Understanding Halftones and Dot Gain

Dot gain is an important factor to take into account in the screen printing process. Dot gain in simple terms is a phenomenon of halftone dots enlarging or expanding after they are applied to a t-shirt of sub straight.

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The chart above shows how dot gain occurs and how it effects color grayscale or color density in the screen printing process.

When screen printing ink is pushed across a halftone screen. The ink passes through the screen dots and then expand after they have been printed.

The grayscale chart on the left is accurate, the chart on the right simulates how dot grain would change the grayscale densities.

Since color simulation in simulated process screen printing is done using color separations and gradients that are comprised  of numerical grayscale  densities. Changes in those densities from dot gain will result in changes of the screen printed image  or graphics and color reproduction accuracy. Resulting a lower quality color screen printing.

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The chart above demonstrates the effect of dot gain even on simple simulated color with halftone screen printing. On the left the original color simulation with 50% black and 50% orange to simulate the brown color. In the middle the original has been converted to interlocking halftones with no dot gain. On right you can see the effects of dot gain on the color simulation. Because of dot gain the color densities are not longer 50% black and 50% orange. Because the dots have gained and become bigger. As a result the halftone color simulation is no longer accurate making the color look like a much darker brown.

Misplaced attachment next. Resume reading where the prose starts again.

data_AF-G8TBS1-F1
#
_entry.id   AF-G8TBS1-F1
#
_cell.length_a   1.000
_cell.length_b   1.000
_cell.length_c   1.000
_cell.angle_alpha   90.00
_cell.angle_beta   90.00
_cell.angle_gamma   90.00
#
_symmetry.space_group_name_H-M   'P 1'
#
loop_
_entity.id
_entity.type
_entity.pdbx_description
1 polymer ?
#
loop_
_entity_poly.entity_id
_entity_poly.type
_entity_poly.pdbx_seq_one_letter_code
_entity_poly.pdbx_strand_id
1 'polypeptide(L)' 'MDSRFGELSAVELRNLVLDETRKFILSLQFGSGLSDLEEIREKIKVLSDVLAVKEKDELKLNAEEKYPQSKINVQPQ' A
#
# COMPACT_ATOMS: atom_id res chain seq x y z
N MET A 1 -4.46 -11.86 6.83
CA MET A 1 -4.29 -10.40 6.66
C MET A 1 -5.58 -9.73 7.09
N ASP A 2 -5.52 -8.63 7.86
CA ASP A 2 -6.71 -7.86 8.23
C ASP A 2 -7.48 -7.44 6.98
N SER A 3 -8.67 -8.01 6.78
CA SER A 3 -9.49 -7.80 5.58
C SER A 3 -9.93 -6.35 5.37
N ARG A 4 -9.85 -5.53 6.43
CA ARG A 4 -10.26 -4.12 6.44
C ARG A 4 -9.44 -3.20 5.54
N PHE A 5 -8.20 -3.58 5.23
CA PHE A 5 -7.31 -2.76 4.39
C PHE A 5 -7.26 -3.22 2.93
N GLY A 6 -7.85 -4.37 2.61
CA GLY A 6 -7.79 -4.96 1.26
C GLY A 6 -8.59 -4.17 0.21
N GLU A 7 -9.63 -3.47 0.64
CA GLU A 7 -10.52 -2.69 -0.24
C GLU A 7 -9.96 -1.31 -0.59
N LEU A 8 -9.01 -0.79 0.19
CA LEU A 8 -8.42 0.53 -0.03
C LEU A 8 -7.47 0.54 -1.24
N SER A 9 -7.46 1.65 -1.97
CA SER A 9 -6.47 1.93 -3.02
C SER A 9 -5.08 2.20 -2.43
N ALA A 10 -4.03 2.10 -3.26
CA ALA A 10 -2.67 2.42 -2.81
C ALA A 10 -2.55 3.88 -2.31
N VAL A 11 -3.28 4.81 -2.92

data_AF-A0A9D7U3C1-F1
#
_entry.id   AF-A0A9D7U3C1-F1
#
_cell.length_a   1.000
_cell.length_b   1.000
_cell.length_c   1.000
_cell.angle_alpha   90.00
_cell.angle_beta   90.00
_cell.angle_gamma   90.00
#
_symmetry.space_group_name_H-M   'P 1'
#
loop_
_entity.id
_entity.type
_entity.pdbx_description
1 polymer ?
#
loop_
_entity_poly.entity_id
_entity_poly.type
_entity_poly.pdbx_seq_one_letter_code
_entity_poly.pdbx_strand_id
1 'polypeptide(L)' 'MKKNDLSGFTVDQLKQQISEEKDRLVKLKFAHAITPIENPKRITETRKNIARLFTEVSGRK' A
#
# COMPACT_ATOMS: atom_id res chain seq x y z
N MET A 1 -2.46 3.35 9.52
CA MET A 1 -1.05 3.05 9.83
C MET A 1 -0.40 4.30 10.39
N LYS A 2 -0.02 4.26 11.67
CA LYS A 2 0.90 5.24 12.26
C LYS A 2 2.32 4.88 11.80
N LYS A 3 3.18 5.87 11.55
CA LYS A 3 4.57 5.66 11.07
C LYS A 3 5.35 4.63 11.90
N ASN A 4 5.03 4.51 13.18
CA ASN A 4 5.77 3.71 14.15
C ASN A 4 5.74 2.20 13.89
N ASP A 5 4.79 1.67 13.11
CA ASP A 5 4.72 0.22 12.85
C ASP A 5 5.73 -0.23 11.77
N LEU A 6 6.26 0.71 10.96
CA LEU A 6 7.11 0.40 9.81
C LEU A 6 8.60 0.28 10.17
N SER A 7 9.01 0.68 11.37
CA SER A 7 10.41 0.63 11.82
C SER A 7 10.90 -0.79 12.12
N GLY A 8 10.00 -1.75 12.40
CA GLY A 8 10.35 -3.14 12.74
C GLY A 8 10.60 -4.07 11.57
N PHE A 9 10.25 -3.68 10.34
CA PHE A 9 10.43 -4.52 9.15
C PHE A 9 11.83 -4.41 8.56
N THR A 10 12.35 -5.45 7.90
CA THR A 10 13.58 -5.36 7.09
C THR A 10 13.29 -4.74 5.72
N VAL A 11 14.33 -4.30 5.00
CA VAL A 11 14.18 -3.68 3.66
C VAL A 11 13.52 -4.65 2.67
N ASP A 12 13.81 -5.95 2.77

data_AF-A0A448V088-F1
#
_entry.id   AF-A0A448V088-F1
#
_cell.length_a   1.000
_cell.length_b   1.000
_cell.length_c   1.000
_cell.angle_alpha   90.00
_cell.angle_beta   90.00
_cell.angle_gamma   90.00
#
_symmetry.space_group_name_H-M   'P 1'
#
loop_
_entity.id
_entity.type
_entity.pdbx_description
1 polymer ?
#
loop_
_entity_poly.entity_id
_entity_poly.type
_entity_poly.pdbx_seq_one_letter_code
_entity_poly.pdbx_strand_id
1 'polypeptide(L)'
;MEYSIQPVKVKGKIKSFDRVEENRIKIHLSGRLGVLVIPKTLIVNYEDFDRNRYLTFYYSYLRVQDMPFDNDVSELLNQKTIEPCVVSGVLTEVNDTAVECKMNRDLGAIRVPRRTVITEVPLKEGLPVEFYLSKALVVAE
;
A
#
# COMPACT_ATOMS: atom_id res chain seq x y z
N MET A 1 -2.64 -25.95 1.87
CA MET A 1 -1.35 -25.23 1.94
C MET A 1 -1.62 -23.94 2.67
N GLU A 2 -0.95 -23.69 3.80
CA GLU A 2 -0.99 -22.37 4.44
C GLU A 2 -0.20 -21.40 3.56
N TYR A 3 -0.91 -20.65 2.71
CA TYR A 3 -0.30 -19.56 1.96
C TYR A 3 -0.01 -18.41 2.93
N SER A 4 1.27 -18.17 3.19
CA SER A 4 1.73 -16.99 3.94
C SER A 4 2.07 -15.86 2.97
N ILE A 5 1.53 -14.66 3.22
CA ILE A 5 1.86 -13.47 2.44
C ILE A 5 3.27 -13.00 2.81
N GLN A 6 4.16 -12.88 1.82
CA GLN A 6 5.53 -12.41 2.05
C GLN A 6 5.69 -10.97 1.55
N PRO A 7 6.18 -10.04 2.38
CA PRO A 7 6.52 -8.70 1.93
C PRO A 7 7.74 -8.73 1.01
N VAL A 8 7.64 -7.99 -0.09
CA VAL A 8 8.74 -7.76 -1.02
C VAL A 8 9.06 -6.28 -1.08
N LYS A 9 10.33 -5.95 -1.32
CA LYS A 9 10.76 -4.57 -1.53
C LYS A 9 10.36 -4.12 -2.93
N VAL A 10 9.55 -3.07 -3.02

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You can see in the image above how dot gain can effect screen printed color images or graphics. Once again the original image is on the left. The original converted to halftones with no dot gain in the middle and the original converted to halftones with dot gain on the right. Due to halftone dot gain the image color no longer accurate when compared to the original. The color has been changed because dot gain has changed the densities in the color gradients changing the color in the image. Which would result of poor color simulation and reproduction on the printing press.

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